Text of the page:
Boston Mountains

Covering the southern part of the Ozarks, the Boston Mountains are the highest and most rugged sections of the Ozarks. They are characterized by narrow, steep ridges interspersed with deep valleys. The mountains are composed primarily of Paleozoic rocks, which include limestone, chert, and sandstone. The rich hardwood forests in the area differentiate the Ozarks from other North American mountain ranges such as the Appalachians and Rocky Mountains.

Salem Plateau

The Salem Plateau comprises the majority of the northern Ozarks. It is a vast, rolling plateau characterized by relatively flat terrain with scattered hills and isolated high points. The plateau’s bedrock consists primarily of limestone and dolomite, with karst topography featuring sinkholes, caves, and springs. The region has numerous rivers and streams, including the Gasconade and Meramec rivers, providing a vital freshwater source for the surrounding area.

Springfield Plateau

The Springfield Plateau extends across southwestern Missouri into northwestern Arkansas and northeastern Oklahoma2. This plateau is characterized by open forests, grasslands, and a vast network of streams and rivers. The underlying rock in the Springfield Plateau is primarily chert and limestone, giving rise to numerous caves, springs, and other karst features. The plateau is bordered on the south by the Ouachita Mountains, offering a stark contrast in landscape and geology.

Major Cities and Tourism

St. Louis

St. Louis, located near the Ozark Mountains, offers various attractions for tourists. The iconic Gateway Arch marks the city’s history and serves as an excellent point for photography. St. Louis Zoo, famous for its natural exhibits, provides an engaging experience for families. For hiking enthusiasts, the city features picturesque trails, a welcome retreat into nature.


Springfield is the largest city in southwest Missouri and is known as the “Queen City of the Ozarks.” It offers numerous attractions, including the Wonders of Wildlife Museum & Aquarium, Springfield Art Museum, and the Fantastic Caverns. The Ozark Greenways, a network of urban trails, allows visitors to hike or bike through the area.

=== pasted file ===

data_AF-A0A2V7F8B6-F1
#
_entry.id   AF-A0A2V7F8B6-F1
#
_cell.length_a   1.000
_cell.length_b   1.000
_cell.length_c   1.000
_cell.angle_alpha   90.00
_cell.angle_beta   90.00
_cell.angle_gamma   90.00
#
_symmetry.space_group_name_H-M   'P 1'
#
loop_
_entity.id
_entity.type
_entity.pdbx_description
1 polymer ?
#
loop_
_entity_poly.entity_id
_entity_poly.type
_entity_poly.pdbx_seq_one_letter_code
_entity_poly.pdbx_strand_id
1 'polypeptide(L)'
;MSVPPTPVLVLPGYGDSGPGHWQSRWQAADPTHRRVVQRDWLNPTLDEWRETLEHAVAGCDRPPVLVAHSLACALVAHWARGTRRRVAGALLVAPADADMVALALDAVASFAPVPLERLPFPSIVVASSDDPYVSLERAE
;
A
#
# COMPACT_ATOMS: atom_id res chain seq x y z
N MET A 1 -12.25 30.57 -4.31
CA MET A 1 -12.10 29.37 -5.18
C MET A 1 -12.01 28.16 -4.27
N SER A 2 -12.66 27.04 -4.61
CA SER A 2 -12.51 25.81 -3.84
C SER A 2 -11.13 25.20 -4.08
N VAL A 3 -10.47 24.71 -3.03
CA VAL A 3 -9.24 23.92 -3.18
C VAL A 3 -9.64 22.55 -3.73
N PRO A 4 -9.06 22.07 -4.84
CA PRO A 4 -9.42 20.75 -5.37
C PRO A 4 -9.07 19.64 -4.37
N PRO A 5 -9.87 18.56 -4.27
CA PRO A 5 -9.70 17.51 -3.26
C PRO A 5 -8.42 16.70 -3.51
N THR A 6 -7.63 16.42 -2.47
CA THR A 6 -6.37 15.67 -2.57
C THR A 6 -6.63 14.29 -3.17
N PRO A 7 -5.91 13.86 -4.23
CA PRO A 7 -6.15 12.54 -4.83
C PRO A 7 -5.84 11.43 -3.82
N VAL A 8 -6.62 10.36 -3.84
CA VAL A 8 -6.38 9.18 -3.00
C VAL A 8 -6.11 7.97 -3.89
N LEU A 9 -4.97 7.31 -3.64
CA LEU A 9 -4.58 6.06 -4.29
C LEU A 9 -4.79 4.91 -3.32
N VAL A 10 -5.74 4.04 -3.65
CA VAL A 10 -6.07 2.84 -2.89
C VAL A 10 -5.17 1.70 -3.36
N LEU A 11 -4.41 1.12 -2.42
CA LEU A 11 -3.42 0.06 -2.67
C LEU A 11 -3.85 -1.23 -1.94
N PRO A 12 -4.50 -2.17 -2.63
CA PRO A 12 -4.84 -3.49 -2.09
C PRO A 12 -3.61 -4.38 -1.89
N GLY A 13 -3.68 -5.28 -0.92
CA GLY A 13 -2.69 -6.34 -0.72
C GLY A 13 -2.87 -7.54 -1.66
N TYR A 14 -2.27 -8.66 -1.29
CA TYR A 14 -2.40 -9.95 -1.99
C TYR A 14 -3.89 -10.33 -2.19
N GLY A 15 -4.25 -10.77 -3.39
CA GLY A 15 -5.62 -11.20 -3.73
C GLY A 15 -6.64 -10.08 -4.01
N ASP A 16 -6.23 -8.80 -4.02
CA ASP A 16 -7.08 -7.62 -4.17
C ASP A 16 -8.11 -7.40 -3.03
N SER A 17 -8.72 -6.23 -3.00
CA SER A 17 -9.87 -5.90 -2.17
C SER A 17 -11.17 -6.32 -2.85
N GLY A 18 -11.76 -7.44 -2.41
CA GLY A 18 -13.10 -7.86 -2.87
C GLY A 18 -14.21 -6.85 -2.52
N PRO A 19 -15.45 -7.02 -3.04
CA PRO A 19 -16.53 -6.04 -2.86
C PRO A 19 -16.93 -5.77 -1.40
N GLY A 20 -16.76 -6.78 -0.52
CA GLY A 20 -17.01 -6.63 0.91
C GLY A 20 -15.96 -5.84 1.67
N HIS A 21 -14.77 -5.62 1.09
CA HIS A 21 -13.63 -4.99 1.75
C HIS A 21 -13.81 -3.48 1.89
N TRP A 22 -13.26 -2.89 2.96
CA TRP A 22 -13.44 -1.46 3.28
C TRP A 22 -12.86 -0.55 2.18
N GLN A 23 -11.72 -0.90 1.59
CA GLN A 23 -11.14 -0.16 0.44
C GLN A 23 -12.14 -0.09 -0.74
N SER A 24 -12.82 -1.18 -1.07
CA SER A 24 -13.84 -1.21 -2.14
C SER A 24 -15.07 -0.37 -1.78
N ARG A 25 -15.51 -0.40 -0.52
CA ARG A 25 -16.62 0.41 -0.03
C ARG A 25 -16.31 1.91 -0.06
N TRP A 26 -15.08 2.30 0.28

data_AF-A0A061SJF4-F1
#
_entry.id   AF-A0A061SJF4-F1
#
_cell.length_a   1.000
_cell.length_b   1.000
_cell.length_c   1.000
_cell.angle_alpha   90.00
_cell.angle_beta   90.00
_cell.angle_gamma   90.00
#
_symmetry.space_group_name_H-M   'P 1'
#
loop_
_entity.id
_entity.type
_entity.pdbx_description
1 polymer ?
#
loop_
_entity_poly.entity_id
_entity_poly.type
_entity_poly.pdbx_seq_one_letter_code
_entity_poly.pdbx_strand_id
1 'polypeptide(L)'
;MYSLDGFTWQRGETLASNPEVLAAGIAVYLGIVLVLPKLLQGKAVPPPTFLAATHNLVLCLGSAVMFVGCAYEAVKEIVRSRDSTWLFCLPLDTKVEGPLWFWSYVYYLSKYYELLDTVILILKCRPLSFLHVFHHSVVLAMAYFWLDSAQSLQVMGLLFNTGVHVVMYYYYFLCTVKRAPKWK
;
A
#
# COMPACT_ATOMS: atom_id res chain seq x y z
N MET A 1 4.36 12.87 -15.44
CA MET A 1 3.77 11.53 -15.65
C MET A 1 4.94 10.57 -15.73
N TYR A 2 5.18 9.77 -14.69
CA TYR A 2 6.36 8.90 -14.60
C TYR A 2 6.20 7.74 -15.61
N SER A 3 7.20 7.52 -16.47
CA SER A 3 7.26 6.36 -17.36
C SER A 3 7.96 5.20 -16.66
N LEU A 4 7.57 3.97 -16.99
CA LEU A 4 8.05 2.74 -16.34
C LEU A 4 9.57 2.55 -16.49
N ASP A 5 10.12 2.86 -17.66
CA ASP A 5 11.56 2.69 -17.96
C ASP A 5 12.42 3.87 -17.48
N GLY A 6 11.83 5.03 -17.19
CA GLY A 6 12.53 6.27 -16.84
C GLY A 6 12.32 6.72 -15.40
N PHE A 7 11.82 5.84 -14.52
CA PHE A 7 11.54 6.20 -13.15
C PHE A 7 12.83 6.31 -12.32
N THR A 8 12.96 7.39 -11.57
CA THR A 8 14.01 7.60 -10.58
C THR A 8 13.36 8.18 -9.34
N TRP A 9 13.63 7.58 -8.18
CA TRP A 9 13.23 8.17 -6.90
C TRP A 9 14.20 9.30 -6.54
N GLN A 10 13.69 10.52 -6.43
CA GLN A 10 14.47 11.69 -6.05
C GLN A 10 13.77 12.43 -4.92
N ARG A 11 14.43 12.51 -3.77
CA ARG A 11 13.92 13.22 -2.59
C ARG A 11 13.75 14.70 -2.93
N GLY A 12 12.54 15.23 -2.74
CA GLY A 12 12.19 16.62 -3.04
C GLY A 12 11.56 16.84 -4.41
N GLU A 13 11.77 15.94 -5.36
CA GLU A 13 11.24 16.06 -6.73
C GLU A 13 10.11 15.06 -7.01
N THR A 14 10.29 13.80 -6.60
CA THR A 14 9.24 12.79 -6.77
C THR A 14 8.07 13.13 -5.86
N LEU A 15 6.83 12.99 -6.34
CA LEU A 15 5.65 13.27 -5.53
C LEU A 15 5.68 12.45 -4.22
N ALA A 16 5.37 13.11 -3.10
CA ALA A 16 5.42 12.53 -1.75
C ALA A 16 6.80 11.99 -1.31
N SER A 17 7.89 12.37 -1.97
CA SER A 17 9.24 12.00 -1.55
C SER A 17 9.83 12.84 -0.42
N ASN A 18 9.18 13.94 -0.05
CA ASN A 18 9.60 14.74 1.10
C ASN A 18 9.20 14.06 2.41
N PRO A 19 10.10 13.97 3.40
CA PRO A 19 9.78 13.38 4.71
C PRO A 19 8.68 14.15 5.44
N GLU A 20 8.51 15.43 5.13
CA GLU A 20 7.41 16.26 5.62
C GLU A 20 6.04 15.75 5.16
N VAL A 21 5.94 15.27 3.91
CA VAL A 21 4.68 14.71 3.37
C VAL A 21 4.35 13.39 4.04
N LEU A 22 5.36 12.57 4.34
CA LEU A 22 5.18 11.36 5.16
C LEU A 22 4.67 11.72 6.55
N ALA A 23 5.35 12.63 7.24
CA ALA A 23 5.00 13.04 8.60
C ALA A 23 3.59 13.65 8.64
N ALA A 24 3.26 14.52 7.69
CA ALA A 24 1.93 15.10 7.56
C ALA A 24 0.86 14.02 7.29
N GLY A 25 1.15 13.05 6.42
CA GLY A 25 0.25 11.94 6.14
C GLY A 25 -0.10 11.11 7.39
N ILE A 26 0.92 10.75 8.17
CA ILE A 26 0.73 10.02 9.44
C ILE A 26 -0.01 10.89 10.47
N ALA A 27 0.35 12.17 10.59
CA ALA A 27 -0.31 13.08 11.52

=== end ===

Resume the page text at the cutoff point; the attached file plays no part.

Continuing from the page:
Situated in northwest Arkansas, Bentonville is a thriving city and the home of Walmart’s headquarters. It boasts a vibrant arts scene, with the Crystal Bridges Museum of American Art as its centerpiece. Moreover, the city offers various hiking trails and parks for outdoor enthusiasts to explore.


Fayetteville hosts the University of Arkansas and is part of the bustling Northwest Arkansas region. Tourists can visit the Clinton House Museum, the Botanical Garden of the Ozarks, or enjoy the vibrant downtown district. The nearby Ozark National Forest offers abundant hiking opportunities.

Eureka Spring

Eureka Springs, a Victorian-era town nestled in the Arkansas Ozarks, is a popular tourist destination. The city’s distinctive blend of architecture, art galleries, and quaint shops attracts visitors from all over. Outdoor activities such as hiking, ziplining, and exploring caves are easily accessible. Attractions like the historic Crescent Hotel and Thorncrown Chapel make Eureka Springs a must-visit in the Ozarks.

These cities showcase the diverse attractions and adventures the Ozarks region has to offer. From the bustling city of St. Louis to the charming town of Eureka Spring, each destination promises a unique and memorable experience for travelers.

History and Culture of the Ozarks

Early History